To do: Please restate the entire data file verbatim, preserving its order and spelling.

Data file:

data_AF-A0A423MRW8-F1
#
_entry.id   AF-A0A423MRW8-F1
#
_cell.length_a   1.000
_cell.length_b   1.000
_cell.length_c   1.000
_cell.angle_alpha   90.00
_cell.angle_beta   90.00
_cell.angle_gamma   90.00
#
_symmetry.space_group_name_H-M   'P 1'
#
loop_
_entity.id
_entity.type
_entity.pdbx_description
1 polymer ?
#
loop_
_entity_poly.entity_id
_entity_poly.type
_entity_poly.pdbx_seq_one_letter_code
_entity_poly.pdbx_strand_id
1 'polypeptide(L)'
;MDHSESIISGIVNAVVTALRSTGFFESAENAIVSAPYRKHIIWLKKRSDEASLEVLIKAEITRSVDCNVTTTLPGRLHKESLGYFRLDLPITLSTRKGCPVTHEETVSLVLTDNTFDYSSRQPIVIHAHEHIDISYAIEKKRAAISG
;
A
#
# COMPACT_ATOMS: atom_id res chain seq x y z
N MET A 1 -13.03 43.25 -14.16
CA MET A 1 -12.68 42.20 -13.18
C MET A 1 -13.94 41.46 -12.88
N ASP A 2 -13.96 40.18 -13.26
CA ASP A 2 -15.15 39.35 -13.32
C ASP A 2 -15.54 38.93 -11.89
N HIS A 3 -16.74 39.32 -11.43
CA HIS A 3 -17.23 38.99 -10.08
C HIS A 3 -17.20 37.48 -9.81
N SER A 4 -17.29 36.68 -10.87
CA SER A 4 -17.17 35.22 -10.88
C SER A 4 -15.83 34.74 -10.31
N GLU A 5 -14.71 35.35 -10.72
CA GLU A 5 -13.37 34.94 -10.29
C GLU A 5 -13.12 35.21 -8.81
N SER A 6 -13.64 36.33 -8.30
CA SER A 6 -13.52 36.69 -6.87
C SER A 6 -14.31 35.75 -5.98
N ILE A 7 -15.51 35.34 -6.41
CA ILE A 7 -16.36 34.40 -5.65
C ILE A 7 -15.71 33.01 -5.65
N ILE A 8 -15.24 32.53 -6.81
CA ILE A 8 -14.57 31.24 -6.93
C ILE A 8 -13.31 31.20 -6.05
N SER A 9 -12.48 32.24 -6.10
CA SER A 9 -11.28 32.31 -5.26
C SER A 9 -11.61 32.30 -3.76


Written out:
data_AF-A0A423MRW8-F1
#
_entry.id   AF-A0A423MRW8-F1
#
_cell.length_a   1.000
_cell.length_b   1.000
_cell.length_c   1.000
_cell.angle_alpha   90.00
_cell.angle_beta   90.00
_cell.angle_gamma   90.00
#
_symmetry.space_group_name_H-M   'P 1'
#
loop_
_entity.id
_entity.type
_entity.pdbx_description
1 polymer ?
#
loop_
_entity_poly.entity_id
_entity_poly.type
_entity_poly.pdbx_seq_one_letter_code
_entity_poly.pdbx_strand_id
1 'polypeptide(L)'
;MDHSESIISGIVNAVVTALRSTGFFESAENAIVSAPYRKHIIWLKKRSDEASLEVLIKAEITRSVDCNVTTTLPGRLHKESLGYFRLDLPITLSTRKGCPVTHEETVSLVLTDNTFDYSSRQPIVIHAHEHIDISYAIEKKRAAISG
;
A
#
# COMPACT_ATOMS: atom_id res chain seq x y z
N MET A 1 -13.03 43.25 -14.16
CA MET A 1 -12.68 42.20 -13.18
C MET A 1 -13.94 41.46 -12.88
N ASP A 2 -13.96 40.18 -13.26
CA ASP A 2 -15.15 39.35 -13.32
C ASP A 2 -15.54 38.93 -11.89
N HIS A 3 -16.74 39.32 -11.43
CA HIS A 3 -17.23 38.99 -10.08
C HIS A 3 -17.20 37.48 -9.81
N SER A 4 -17.29 36.68 -10.87
CA SER A 4 -17.17 35.22 -10.88
C SER A 4 -15.83 34.74 -10.31
N GLU A 5 -14.71 35.35 -10.72
CA GLU A 5 -13.37 34.94 -10.29
C GLU A 5 -13.12 35.21 -8.81
N SER A 6 -13.64 36.33 -8.30
CA SER A 6 -13.52 36.69 -6.87
C SER A 6 -14.31 35.75 -5.98
N ILE A 7 -15.51 35.34 -6.41
CA ILE A 7 -16.36 34.40 -5.65
C ILE A 7 -15.71 33.01 -5.65
N ILE A 8 -15.24 32.53 -6.81
CA ILE A 8 -14.57 31.24 -6.93
C ILE A 8 -13.31 31.20 -6.05
N SER A 9 -12.48 32.24 -6.10
CA SER A 9 -11.28 32.31 -5.26
C SER A 9 -11.61 32.30 -3.76